For my Diary of a Natural Gal Style Files interview, I worked with an amazing crew to shoot the pictures. The photographer was Garen Hagobian and the stylist was Rico Cherry. I can’t wait to post the full interview here. Here is an excerpt:
Kisha Roby: I would describe your style as sultry school boy, where do you draw inspiration?
Victor Yates: Is that a good thing (laughs)? I use to only wear black and gray. That’s it. Then my best friend started picking out clothes for me that I wouldn’t normally wear. I went from school boy realness to wearing cowboy boots, with khaki linen cut off shorts, and shirts and sweaters from the 80’s. I love 80’s Adidas shorts, vintage designer clothes, and conversation pieces. Today so many things inspire me. I like patterns, textures, and bold colors and mixing things together that the average person might think is strange. Since moving to Los Angeles my thrift store obsession has grown. Buffalo Exchange and Wasteland are my top thrift stores in L.A. But out here thrift stores are like coffee shops.
Kisha Roby: When did your passion for writing begin? What is your ultimate dream for your writing career?
Victor Yates: I started writing poetry at 14, after reading Maya Angelou’s work. I loved libraries and would read a lot. Also, my mother loved books and she would buy books for me as well. I remember trying to read The Firm, by John Grisham, and not being able to understand it. I hope to write quality fiction books and venture into short stories and writing plays.
Reading Maya Angelou’s Still I Rise made me want to be a poet at 14. I wrote silly poems, kept in a 3-ring binder, and read them to anyone who listened. By the time I started college, at 18, majoring in English (Poetry, Creative Writing, or Journalism) wasn’t an option. Computer Science was an option. Why I don’t know? I knew how to surf the web so I guess I thought Computer Science was the perfect major. Intro to Computer Science was the class I dropped fastest in college. The class was taught by an African man with a thick accent. For the first twenty minutes of class I thought he was teaching Swahili. After class I tried to read the book. It was like reading a foreign language. Circuits. Performing simple calculations. Systems. Programming. Those words were Swahili, meaningless to me. I went into panic mode. What major do I choose now? I chose Psychology. Psychology equals research and writing. I had papers due every week. My earliest lessons in “how-to write” came from my psychology instructors. One lesson that has always stayed with me is “Give Them What They Need” or make every word deliberate and on purpose.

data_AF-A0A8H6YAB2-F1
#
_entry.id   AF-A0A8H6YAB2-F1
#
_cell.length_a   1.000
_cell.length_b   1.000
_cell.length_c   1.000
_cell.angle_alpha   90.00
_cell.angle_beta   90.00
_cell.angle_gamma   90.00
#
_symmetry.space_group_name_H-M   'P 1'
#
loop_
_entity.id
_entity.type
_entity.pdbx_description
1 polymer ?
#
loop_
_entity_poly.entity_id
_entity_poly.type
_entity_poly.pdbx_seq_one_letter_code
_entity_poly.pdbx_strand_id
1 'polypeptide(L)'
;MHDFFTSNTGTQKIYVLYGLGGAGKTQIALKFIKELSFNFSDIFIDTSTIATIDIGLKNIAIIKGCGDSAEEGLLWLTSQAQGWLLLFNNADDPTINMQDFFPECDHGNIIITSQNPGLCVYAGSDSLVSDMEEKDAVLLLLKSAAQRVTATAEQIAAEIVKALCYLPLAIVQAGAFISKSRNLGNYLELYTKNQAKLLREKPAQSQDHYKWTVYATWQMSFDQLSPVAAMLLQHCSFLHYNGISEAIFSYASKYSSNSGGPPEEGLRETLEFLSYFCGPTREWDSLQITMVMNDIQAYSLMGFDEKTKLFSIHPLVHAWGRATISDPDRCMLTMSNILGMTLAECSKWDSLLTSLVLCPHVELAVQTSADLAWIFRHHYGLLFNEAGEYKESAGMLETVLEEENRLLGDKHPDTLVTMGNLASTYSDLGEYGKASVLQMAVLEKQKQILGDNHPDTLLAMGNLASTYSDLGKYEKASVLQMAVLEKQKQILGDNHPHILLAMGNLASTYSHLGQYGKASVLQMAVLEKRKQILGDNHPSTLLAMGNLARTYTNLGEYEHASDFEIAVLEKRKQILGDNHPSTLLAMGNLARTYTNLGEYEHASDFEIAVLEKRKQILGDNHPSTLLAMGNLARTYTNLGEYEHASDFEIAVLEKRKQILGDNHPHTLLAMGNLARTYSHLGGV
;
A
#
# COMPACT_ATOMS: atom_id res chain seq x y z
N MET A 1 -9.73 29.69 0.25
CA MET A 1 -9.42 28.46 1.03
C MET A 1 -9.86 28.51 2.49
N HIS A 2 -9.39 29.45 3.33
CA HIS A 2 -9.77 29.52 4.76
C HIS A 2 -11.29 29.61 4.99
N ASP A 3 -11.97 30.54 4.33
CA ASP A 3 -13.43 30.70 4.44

It wasn’t until after graduating from college that I thought about writing as a potential career. I was living in Ann Arbor, working at a library, submerging myself in reading “good fiction” and “good authors.” Shelving books one day on the third floor I discovered the “How To Write” section. I pulled one off the bookshelf. Two years later I started writing The Taste of Scars.
A “good job” moved me from Ann Arbor to Jacksonville. I got the opportunity to teach part-time at a career college and slowly walked away from the “good job.” A year in I was promoted to full-time and never went back to the “good job.”
Fast forward a year. My boss and I at the career college got into a heated argument. She told me she was changing my position from full-time to part-time. I told her thanks but no thanks and verbally submitted my two weeks notice. Not even two hours later I was unemployed. Since that day (up until March 2011) I devoted almost every waking hour to editing my book. I started to see life differently. Every hour I was at work, doing work that didn’t make me happy, I lost an hour to do what really made me happy, writing.
To all the high school seniors graduating this year. Don’t major in computer science because you think it’ll pay the bills. Major in life. Found out what really makes you happy. I took me a long time to figure that out.